The Thief of Auschwitz by Jon Clinch is an ARC sent by Kelley & Hall. Clinch took an unusual step in self-publishing this novel: could have been risky-- but maybe not, because he had already made a name for himself with his first novel Finn, which was "named a best book of the year by the Washington Post, the Chicago Tribune and the Christian Science Monitor." Other critical acclaim came from the ALA, Publishers Weekly, Library Journal, and Kirkus.
I can't say that I "liked" Finn, but I appreciated the quality of the writing and the content. It is one of the rare novels that you don't exactly enjoy (I mean, Pap Finn is a wicked protagonist), but you recognize its worth and admire the author, and you know that it is a good book and are exceedingly glad you read it.
The Thief of Auschwitz, however, shows Clinch's versatility as an author. The protagonists in this novel are people you care for, the loving and compassionate Rosen family, who show courage and loyalty in the midst of the hell in which they find themselves.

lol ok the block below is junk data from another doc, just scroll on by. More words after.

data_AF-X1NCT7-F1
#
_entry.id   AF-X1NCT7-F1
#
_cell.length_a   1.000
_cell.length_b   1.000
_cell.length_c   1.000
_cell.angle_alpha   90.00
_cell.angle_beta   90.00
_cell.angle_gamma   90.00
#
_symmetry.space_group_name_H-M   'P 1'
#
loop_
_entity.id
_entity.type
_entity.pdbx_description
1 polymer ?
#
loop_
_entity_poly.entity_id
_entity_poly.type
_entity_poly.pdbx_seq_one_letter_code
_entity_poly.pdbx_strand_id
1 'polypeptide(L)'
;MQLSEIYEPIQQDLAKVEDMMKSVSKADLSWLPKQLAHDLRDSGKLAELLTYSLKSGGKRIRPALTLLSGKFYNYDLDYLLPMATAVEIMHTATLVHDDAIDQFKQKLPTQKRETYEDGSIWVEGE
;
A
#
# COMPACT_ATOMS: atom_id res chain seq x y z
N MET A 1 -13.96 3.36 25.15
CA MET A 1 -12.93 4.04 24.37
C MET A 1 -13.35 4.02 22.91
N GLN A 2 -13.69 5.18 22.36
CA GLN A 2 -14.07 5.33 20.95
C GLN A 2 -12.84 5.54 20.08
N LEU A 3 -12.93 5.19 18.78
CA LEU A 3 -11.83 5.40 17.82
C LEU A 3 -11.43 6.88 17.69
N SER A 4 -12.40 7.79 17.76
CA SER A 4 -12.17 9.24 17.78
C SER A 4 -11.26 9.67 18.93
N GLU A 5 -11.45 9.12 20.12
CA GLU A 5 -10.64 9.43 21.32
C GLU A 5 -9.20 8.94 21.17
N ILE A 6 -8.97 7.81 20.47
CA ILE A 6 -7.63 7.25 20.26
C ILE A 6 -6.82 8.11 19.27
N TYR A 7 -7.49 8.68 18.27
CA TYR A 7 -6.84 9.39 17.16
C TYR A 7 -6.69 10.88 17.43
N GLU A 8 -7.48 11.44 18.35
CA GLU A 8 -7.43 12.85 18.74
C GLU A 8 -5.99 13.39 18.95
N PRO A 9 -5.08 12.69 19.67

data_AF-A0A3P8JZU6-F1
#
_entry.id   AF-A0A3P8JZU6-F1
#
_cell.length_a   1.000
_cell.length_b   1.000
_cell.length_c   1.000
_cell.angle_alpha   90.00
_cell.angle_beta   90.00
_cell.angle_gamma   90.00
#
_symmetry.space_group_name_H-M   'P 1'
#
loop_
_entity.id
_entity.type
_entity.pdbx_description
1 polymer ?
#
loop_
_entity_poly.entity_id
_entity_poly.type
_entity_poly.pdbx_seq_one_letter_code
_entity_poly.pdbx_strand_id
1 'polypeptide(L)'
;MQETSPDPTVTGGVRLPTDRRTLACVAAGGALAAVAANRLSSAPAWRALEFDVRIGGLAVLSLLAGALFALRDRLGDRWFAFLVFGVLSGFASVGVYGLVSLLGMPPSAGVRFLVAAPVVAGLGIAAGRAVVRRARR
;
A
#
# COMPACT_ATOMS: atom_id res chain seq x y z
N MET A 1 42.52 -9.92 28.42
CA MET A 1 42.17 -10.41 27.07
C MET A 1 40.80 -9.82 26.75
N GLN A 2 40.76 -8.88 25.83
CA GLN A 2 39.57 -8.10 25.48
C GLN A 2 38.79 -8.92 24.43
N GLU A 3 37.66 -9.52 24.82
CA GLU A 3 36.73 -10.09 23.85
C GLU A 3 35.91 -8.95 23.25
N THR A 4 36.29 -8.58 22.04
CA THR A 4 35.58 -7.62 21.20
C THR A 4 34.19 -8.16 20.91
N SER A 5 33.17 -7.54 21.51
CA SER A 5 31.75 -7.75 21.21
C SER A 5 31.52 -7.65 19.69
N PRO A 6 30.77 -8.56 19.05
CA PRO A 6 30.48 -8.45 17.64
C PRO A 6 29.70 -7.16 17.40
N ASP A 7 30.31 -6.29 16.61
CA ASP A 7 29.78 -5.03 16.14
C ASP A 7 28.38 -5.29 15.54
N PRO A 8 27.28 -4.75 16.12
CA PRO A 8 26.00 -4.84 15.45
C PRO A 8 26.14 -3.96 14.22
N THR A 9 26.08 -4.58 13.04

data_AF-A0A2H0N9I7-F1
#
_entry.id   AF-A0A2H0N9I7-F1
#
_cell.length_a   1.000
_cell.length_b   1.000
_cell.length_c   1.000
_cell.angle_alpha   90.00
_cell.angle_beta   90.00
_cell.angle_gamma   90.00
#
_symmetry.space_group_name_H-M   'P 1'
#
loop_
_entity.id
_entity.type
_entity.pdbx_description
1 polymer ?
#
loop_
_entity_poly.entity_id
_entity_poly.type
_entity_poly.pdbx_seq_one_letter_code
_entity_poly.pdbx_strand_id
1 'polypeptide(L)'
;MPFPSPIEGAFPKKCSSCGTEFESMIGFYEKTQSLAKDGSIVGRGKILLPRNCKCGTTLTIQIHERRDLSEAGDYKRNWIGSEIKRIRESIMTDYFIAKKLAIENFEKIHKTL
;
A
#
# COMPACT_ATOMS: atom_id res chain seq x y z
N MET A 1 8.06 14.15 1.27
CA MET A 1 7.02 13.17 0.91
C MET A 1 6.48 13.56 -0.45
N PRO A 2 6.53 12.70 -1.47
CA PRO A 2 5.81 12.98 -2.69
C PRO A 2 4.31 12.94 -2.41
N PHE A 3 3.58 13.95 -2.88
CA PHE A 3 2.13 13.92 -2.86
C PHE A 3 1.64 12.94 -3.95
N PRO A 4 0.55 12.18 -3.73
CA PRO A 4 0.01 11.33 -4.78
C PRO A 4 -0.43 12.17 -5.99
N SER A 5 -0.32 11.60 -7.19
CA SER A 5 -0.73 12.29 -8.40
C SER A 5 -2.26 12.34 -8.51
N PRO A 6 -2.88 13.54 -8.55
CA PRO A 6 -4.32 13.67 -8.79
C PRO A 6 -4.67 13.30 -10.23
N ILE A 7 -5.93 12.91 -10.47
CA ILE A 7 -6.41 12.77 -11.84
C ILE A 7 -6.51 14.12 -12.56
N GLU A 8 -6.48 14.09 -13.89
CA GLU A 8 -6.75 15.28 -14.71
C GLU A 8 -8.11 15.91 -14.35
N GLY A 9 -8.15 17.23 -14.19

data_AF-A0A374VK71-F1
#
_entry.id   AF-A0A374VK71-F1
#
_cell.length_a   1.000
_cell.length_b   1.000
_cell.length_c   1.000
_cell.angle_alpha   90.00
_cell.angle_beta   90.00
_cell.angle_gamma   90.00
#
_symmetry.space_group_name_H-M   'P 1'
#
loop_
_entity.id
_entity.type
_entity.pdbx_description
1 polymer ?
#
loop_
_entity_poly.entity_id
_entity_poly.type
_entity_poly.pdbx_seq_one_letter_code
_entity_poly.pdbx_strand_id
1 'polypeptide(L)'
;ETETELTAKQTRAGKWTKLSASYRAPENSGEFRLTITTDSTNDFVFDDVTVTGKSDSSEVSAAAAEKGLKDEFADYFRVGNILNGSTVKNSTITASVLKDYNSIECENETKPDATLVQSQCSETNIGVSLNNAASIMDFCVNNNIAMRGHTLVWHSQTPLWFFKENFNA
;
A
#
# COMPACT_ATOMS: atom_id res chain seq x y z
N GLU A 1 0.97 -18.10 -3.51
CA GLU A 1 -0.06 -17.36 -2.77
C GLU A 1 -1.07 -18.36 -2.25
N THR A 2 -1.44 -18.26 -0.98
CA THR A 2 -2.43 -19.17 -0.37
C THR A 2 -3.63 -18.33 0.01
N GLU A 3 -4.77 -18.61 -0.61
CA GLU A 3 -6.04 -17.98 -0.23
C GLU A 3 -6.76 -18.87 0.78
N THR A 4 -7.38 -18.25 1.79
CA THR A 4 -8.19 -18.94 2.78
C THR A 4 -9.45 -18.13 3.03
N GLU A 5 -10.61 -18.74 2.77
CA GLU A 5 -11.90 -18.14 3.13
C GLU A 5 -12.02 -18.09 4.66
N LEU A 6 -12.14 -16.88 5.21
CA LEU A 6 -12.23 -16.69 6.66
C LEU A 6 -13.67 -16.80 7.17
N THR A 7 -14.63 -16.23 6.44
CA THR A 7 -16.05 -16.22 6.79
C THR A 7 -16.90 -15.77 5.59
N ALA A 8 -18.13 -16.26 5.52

Clinch relates the Rosen family's journey, before and during their incarceration in Auschwitz, in two different narratives. Max Rosen, a famous artist, is preparing for a retrospective at the National Gallery in Washington, and we have Max's voice in the present, a survivor who has met with remarkable success. The alternate narrative of the family's experiences in Auschwitz is the heart of the book. Max, now an old man, knows the importance of remembering what happened, and his voice in the present is vital, irreverent, and aware of the importance of remembering and honoring those who perished, and how, and why.
I feared it would be a tear-jerker, but it wasn't. While Clinch lets us know the atrocities of which man is capable, he does it in a way that avoids sentimentality and mawkishness. There is a sense that Clinch genuinely cares for these individuals, he is...solicitous? Yet he doesn't manipulate our emotions, and there is definitely a trick to that. Especially when dealing with the Holocaust, it is difficult to tell a story without exploiting the many avenues of tragedy, but Clinch manages to involve us deeply with the characters without excessive sentimentality.
He somehow mingles sadness and hope
OK - This one is worth your time.
Thanks to Jocelyn at Kelley & Hall for sending me a copy.
Literary Fiction. 2012. 258 pages.